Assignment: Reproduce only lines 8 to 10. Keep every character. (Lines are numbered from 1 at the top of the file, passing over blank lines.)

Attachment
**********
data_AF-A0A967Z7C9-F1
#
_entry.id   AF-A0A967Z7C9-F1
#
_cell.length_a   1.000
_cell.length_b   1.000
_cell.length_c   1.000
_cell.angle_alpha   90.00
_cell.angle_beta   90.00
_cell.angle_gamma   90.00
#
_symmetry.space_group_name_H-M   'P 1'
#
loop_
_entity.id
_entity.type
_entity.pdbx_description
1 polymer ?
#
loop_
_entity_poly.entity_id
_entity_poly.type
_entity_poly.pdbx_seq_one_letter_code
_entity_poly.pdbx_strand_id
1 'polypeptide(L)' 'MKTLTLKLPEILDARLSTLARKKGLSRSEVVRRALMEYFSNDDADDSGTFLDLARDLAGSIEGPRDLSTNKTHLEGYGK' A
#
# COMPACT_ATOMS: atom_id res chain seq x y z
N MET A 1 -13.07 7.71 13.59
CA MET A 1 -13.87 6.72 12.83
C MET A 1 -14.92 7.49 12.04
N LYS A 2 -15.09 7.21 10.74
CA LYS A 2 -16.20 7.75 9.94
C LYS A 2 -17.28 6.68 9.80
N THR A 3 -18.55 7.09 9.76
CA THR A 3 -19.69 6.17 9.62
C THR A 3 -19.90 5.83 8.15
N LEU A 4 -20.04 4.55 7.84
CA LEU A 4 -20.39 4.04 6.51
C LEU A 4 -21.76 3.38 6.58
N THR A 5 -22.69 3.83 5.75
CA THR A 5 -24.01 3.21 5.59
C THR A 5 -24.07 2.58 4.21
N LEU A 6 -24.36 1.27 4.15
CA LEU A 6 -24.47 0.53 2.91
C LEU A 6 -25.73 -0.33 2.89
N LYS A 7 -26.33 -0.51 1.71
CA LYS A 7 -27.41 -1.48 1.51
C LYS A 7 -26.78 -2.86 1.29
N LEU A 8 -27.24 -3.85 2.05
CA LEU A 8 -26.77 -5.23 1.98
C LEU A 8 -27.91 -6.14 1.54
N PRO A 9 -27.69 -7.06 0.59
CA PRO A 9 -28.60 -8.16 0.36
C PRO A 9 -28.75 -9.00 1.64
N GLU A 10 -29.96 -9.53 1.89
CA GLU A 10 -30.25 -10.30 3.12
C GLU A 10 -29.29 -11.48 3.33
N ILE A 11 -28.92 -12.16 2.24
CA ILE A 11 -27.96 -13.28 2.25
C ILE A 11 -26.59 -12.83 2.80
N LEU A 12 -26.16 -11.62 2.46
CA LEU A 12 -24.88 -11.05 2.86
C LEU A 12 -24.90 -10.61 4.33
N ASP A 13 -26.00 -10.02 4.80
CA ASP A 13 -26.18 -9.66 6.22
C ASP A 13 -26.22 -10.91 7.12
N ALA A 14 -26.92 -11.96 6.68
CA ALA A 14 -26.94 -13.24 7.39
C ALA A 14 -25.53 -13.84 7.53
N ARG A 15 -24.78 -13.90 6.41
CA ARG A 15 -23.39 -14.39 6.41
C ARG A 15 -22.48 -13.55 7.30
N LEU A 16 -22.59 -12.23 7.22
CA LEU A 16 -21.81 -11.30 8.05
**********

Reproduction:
_cell.angle_alpha   90.00
_cell.angle_beta   90.00
_cell.angle_gamma   90.00